Tuesday, March 23, 2010

Political Wildernesses of Fact and Lore

Judging from the profusion of citations (e.g. one, two, three, four, five, six, etc.), the health care reform bill that President Obama signed into law today required that each person crippled with an interest in politics shall, at least once, cite these remarks of lugubrious conservative David Frum. As I am no anarchist, I hereby comply:

This time, when we [the right] went for all the marbles, we ended with none.

Could a deal have been reached? Who knows? But we do know that the gap between this plan and traditional Republican ideas is not very big. The Obama plan has a broad family resemblance to Mitt Romney’s Massachusetts plan. It builds on ideas developed at the Heritage Foundation in the early 1990s that formed the basis for Republican counter-proposals to Clintoncare in 1993-1994.

Barack Obama badly wanted Republican votes for his plan. Could we have leveraged his desire to align the plan more closely with conservative views? To finance it without redistributive taxes on productive enterprise – without weighing so heavily on small business – without expanding Medicaid? Too late now. They are all the law.

No illusions please: This bill will not be repealed. Even if Republicans scored a 1994 style landslide in November, how many votes could we muster to re-open the “doughnut hole” and charge seniors more for prescription drugs? How many votes to re-allow insurers to rescind policies when they discover a pre-existing condition? How many votes to banish 25 year olds from their parents’ insurance coverage? And even if the votes were there – would President Obama sign such a repeal?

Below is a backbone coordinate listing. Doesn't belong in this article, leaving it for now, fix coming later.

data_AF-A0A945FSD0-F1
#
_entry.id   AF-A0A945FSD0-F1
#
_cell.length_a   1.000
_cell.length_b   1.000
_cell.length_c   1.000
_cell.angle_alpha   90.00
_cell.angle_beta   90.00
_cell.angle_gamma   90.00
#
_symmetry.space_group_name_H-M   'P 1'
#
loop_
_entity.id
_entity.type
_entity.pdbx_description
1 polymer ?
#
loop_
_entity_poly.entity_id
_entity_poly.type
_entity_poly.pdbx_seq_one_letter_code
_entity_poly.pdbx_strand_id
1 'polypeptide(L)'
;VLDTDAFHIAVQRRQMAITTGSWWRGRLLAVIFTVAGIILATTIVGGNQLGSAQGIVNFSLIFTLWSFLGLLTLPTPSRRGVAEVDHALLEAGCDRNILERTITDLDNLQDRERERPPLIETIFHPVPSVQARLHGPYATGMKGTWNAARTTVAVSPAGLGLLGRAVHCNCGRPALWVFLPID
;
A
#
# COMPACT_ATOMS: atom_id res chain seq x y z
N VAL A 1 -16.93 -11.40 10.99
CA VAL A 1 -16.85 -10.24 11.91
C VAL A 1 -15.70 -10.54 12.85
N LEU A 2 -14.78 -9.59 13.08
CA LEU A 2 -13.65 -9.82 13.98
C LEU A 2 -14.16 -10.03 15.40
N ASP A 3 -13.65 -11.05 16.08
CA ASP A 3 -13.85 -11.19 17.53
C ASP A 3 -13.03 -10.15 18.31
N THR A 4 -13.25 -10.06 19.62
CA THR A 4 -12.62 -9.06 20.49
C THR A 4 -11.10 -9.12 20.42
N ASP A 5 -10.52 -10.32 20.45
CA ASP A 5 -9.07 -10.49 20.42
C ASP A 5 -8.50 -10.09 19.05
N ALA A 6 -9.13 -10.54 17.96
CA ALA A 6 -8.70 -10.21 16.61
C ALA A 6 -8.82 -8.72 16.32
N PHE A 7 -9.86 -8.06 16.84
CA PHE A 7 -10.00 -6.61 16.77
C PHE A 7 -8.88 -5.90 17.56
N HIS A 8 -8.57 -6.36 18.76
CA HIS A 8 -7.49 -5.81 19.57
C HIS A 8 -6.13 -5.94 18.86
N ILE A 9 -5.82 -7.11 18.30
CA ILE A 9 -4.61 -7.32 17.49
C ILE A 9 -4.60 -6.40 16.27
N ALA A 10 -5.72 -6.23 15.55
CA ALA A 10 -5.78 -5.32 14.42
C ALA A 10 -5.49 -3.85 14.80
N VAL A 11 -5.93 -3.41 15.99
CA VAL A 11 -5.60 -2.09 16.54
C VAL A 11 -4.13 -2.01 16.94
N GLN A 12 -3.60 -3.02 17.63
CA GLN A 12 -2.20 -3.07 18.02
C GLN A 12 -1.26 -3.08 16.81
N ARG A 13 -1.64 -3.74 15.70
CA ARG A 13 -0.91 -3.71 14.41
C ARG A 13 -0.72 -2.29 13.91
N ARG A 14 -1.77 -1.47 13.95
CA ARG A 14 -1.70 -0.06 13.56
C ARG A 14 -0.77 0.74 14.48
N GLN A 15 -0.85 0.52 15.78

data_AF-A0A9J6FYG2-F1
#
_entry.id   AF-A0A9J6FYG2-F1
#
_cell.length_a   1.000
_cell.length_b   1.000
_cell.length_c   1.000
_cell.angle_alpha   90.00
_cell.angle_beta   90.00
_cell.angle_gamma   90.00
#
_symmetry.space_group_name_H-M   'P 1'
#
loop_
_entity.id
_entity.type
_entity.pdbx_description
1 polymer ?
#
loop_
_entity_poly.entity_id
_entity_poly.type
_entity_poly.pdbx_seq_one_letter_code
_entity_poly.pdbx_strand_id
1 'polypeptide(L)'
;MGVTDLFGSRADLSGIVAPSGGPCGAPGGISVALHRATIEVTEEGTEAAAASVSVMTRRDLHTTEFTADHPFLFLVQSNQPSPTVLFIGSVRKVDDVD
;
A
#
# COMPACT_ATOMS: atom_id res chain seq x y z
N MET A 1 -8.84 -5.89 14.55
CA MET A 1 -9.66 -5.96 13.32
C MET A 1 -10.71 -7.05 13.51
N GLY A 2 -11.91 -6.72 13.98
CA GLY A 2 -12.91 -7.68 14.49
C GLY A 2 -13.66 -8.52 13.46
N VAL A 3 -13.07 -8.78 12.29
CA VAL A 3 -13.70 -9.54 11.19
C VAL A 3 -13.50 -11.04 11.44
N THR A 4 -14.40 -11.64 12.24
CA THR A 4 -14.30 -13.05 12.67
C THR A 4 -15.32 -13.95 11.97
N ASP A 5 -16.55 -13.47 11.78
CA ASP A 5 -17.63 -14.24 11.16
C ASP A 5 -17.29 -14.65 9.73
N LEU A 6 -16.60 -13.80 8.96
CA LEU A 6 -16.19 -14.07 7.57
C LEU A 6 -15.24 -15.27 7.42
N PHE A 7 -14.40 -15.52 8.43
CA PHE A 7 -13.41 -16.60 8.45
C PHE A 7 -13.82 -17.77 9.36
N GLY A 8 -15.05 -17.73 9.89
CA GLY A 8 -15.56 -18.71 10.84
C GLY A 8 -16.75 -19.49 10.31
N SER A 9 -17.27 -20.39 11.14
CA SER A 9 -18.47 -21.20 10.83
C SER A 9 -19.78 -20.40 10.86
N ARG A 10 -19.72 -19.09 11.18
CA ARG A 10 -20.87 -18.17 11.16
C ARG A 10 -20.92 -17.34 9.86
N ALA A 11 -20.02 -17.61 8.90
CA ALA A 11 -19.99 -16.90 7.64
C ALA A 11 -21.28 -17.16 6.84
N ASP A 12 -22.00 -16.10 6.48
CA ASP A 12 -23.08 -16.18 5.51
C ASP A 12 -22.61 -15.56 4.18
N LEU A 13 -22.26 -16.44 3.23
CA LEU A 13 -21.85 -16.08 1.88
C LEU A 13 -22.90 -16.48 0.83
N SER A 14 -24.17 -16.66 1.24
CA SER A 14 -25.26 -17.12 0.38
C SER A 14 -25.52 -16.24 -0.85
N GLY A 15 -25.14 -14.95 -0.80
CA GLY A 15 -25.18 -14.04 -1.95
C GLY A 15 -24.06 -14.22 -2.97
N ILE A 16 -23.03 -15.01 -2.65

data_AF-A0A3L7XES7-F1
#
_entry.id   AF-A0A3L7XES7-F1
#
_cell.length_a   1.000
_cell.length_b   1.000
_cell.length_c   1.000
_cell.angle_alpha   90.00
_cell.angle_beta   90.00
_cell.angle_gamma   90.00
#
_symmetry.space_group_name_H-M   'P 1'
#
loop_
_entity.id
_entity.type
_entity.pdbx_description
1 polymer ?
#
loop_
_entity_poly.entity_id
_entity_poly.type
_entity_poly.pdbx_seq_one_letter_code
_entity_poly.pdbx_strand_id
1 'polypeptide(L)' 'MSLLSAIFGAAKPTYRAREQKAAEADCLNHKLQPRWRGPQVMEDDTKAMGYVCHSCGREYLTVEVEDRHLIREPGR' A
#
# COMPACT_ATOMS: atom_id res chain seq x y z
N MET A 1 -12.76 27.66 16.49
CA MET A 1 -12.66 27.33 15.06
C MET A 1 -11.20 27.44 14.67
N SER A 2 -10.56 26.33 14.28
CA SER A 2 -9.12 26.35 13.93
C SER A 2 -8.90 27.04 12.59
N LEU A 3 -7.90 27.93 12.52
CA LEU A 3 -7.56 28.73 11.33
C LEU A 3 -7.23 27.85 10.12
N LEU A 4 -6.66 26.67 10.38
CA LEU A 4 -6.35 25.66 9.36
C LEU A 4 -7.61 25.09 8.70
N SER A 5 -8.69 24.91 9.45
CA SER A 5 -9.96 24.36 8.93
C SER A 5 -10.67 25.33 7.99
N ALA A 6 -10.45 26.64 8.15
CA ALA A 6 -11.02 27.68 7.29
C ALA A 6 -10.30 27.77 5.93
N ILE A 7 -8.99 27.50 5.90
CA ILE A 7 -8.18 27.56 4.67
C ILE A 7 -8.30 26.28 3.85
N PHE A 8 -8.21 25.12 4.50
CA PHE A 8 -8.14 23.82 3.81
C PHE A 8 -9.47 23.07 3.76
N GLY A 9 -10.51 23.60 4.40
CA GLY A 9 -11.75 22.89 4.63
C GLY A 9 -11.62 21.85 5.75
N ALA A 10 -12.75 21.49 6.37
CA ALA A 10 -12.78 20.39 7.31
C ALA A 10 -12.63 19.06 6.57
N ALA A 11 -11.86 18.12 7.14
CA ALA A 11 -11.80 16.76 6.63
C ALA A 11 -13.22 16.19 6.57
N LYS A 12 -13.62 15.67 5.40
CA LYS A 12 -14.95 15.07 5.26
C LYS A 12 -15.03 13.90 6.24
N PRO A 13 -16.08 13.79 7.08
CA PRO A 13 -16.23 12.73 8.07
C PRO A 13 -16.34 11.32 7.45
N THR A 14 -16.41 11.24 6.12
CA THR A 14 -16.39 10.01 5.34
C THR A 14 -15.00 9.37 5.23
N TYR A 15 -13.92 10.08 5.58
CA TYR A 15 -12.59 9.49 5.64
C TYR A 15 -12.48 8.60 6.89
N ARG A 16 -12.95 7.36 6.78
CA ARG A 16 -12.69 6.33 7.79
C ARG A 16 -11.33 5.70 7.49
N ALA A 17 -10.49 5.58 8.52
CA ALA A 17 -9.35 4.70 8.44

We followed the most radical voices in the party and the movement, and they led us to abject and irreversible defeat.
I think everyone would do well to stop making confident declarations about the state of voter sentiment months from now. Not so long ago, the GOP was doomed to wander a 'political wilderness' forever hence -- naked and bedraggled, clutching a dog-eared Ayn Rand novel and a tattered Bible, pecked at by crows, rummaging through trash bins digging for scraps. Today, the Democrats are similarly doomed in November. Yawn.

If he weren't one of history's greatest monsters, I might feel a twinge of pity for David Frum (I probably wouldn't, but I might) because he seems to be awash in the notion that the GOP gives a damn about public policy. And they do, if by "public policy" one means nothing more than de-secularizing the laws of the land, reducing the taxes paid by wealthy people, and sending others' sons and daughters to fight, maim, be maimed, kill, and be killed in foreign lands.

Glum Frum also seems to have missed the fable of Br'er Rabbit, who begged and pleaded with his captors not to throw him in the briar patch. To state that in non-fable terms: David Frum appears to have stated, and yet to have missed, that for all its histrionic wailing about socialist death panels and obstinate refusal of good-faith policymaking, the GOP got a great deal of what their standard-bearers have long said they've wanted in the way of health care policy (when pressed, by the exigencies of election season, to mention something other than god, tax cuts, and war). Whereas this new law is far from the aspirations of those of us who have been advocating for reform from the liberal-left.

He's right to say, or rather imply, or perhaps betray, the true source of the right's caterwauling all these many months: the passage of health reform, modest and imperfect as it is, stands an excellent chance of validating the radical idea that people can, from time to time, benefit from public policy in concrete, straightforward, important ways. He is also right to say that repealing this law seems far-fetched, but as I said, we should pause before the temptation to make predictions in politics.

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